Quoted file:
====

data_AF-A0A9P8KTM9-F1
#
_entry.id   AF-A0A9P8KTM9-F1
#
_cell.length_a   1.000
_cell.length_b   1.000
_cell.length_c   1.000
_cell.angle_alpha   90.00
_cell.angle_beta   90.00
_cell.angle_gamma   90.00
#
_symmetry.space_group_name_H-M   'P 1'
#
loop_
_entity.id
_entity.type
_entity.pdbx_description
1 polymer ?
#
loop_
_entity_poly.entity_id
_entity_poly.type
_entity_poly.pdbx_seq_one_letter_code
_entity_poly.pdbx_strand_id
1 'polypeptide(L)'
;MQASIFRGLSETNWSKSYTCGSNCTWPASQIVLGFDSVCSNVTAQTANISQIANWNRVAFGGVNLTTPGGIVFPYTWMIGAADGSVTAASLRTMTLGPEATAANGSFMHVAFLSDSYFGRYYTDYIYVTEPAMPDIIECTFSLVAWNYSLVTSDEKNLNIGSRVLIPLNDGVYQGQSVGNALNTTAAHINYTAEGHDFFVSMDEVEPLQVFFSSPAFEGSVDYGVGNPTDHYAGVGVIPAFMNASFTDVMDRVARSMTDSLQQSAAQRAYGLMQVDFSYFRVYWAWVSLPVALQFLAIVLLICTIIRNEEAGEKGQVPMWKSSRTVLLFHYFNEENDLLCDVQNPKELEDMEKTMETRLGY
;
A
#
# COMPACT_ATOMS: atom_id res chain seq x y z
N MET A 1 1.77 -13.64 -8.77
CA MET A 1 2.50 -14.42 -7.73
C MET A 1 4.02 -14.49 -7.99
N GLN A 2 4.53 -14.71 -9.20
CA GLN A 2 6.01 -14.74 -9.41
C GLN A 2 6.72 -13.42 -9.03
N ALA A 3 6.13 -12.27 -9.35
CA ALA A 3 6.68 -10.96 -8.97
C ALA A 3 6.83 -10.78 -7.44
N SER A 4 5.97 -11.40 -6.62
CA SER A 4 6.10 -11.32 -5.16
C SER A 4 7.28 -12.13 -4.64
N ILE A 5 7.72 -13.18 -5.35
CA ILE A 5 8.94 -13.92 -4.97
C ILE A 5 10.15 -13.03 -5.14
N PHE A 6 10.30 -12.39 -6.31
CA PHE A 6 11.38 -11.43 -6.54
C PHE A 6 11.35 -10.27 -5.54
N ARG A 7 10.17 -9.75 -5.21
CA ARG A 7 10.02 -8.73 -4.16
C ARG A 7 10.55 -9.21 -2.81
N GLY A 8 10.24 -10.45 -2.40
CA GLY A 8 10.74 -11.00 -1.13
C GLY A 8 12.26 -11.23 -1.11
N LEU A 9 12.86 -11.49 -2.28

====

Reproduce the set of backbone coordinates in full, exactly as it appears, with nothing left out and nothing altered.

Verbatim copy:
data_AF-A0A9P8KTM9-F1
#
_entry.id   AF-A0A9P8KTM9-F1
#
_cell.length_a   1.000
_cell.length_b   1.000
_cell.length_c   1.000
_cell.angle_alpha   90.00
_cell.angle_beta   90.00
_cell.angle_gamma   90.00
#
_symmetry.space_group_name_H-M   'P 1'
#
loop_
_entity.id
_entity.type
_entity.pdbx_description
1 polymer ?
#
loop_
_entity_poly.entity_id
_entity_poly.type
_entity_poly.pdbx_seq_one_letter_code
_entity_poly.pdbx_strand_id
1 'polypeptide(L)'
;MQASIFRGLSETNWSKSYTCGSNCTWPASQIVLGFDSVCSNVTAQTANISQIANWNRVAFGGVNLTTPGGIVFPYTWMIGAADGSVTAASLRTMTLGPEATAANGSFMHVAFLSDSYFGRYYTDYIYVTEPAMPDIIECTFSLVAWNYSLVTSDEKNLNIGSRVLIPLNDGVYQGQSVGNALNTTAAHINYTAEGHDFFVSMDEVEPLQVFFSSPAFEGSVDYGVGNPTDHYAGVGVIPAFMNASFTDVMDRVARSMTDSLQQSAAQRAYGLMQVDFSYFRVYWAWVSLPVALQFLAIVLLICTIIRNEEAGEKGQVPMWKSSRTVLLFHYFNEENDLLCDVQNPKELEDMEKTMETRLGY
;
A
#
# COMPACT_ATOMS: atom_id res chain seq x y z
N MET A 1 1.77 -13.64 -8.77
CA MET A 1 2.50 -14.42 -7.73
C MET A 1 4.02 -14.49 -7.99
N GLN A 2 4.53 -14.71 -9.20
CA GLN A 2 6.01 -14.74 -9.41
C GLN A 2 6.72 -13.42 -9.03
N ALA A 3 6.13 -12.27 -9.35
CA ALA A 3 6.68 -10.96 -8.97
C ALA A 3 6.83 -10.78 -7.44
N SER A 4 5.97 -11.40 -6.62
CA SER A 4 6.10 -11.32 -5.16
C SER A 4 7.28 -12.13 -4.64
N ILE A 5 7.72 -13.18 -5.35
CA ILE A 5 8.94 -13.92 -4.97
C ILE A 5 10.15 -13.03 -5.14
N PHE A 6 10.30 -12.39 -6.31
CA PHE A 6 11.38 -11.43 -6.54
C PHE A 6 11.35 -10.27 -5.54
N ARG A 7 10.17 -9.75 -5.21
CA ARG A 7 10.02 -8.73 -4.16
C ARG A 7 10.55 -9.21 -2.81
N GLY A 8 10.24 -10.45 -2.40
CA GLY A 8 10.74 -11.00 -1.13
C GLY A 8 12.26 -11.23 -1.11
N LEU A 9 12.86 -11.49 -2.28